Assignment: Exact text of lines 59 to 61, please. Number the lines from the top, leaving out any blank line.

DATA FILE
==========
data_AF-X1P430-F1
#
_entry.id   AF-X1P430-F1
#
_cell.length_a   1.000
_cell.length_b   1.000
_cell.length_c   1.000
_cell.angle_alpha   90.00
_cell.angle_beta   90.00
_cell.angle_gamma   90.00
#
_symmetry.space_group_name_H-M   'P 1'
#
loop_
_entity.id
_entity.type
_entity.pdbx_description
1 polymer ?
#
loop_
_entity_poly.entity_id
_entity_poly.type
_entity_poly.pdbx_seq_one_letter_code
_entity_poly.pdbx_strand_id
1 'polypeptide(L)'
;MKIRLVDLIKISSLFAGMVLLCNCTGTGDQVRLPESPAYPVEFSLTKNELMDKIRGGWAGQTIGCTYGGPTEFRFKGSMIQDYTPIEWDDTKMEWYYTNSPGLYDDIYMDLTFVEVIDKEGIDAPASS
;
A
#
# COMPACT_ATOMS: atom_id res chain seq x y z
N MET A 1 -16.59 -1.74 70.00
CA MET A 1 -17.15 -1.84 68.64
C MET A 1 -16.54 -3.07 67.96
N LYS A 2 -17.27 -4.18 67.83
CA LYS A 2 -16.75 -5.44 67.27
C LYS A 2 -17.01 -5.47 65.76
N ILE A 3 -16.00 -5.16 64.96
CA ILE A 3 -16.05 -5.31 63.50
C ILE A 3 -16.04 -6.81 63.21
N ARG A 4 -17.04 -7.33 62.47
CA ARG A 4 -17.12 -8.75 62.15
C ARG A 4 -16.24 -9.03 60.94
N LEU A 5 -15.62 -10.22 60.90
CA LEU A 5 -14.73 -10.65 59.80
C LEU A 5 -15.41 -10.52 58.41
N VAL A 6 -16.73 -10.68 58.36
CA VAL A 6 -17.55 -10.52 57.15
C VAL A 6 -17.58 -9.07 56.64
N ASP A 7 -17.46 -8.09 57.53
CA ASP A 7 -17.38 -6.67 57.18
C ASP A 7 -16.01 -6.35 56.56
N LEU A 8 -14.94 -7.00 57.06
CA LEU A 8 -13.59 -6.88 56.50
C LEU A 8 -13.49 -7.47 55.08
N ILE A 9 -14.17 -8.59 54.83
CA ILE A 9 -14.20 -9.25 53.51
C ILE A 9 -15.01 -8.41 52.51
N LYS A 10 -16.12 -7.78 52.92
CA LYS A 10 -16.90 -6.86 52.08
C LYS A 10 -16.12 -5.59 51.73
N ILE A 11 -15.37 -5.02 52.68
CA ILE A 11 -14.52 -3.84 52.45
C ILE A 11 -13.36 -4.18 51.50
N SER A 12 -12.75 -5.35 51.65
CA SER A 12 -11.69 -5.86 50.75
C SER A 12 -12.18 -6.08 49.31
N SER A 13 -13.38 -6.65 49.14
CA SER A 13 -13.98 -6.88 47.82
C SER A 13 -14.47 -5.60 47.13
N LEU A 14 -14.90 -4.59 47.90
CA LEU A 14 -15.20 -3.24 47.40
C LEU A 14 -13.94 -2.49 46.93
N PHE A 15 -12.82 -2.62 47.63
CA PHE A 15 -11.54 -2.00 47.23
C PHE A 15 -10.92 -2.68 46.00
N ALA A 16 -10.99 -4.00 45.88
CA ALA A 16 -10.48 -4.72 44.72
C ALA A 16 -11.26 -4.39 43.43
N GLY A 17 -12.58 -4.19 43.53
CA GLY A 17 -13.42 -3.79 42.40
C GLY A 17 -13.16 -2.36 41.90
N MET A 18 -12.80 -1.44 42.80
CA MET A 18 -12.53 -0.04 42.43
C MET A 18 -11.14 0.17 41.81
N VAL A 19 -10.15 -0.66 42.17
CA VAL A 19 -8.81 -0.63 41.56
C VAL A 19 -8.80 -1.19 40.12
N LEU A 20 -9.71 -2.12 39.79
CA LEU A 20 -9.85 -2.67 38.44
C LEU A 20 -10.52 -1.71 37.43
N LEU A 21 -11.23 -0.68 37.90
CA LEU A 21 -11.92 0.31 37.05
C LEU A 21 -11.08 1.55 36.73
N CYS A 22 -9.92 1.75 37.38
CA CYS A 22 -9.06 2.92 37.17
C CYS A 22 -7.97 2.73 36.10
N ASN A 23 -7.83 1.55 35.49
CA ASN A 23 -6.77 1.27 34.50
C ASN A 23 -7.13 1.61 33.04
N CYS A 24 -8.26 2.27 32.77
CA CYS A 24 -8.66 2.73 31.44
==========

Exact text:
CA LYS A 10 -16.90 -6.86 52.08
C LYS A 10 -16.12 -5.59 51.73
N ILE A 11 -15.37 -5.02 52.68